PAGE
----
I need to meet her, to thank her.  The last hour had completely wiped out all my ability to keep the stiff upper lip.  I just started to cry and think to myself...thank you.  I walked up to the side of the house and Bosco comes out and introduces me to his mother, Odette.  I hugged her and cried and kept saying, "Thank you...Thank you...Thank you..."

Rwandans are stoic, relatively unemotional in the face of crisis, except when they're nervous or not sure what to do and then they laugh.  Odette just kept laughing.  Here was this crazy Muzungu crying and hugging her over and over and saying, "Murakoze, Murakoze cyane" (Thank you, Thank you very much).

When Bosco came back to camp I asked him the next morning, "Have you talked to your mama?"

He said, "Yes.  She is happy I am here."

Odette wanted her son to race and told him so.  And he did...and he won...and he will forever change his family's life.

Odette is young.  Way younger than I.  Bosco is the oldest at 22.  His father died in the 1994 Genocide.  Odette was probably 17 or 18 in 1994 and had a little baby, her husband killed, she running with her baby.  Bosco's birthday is November 4, 1993...he was 6 months old when the genocide started.  She kept herself and her infant alive during the worst 3 months in Rwandan history.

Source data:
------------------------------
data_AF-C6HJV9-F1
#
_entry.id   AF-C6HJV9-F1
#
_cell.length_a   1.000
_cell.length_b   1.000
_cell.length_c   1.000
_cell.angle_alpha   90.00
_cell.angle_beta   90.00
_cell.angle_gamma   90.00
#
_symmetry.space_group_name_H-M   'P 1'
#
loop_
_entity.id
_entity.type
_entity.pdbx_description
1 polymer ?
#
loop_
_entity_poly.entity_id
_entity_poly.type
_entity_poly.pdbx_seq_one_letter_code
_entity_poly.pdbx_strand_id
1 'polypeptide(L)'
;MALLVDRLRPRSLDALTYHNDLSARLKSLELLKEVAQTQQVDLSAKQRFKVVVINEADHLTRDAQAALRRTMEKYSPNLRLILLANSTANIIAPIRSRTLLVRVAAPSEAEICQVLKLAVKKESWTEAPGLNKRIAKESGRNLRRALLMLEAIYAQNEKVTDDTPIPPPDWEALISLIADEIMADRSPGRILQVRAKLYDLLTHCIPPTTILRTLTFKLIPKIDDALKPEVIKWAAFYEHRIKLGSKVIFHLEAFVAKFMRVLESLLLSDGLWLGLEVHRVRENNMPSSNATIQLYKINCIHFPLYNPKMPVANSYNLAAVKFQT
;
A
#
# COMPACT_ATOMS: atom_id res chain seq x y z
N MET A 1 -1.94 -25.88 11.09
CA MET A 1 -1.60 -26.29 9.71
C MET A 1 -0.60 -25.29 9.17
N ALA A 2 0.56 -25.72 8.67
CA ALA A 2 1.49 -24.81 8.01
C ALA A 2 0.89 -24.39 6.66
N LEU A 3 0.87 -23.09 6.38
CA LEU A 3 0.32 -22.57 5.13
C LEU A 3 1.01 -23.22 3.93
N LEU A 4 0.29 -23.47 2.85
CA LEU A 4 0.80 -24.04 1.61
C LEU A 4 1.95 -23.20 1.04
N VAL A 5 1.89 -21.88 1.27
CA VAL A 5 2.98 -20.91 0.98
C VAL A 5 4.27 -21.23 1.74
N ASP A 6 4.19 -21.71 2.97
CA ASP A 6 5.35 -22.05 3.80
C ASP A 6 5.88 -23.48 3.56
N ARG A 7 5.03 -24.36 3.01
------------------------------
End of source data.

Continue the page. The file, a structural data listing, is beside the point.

She wanted him to race, to have the opportunities never afforded her.  

He raced...he won.

Today, Mr. AM and I went to visit Bosco and Odette at their home just outside of Sashwara.  Bosco built a home for his mother and another home for himself which is not quite finished.  I baked her a banana bread which seemed way too insignificant for what she did for us, for the team, and for Bosco.  Odette with her support and encouragement for her son to rejoin the team and race the Tour of Rwanda, essentially changed the country.  The country rallied around her son.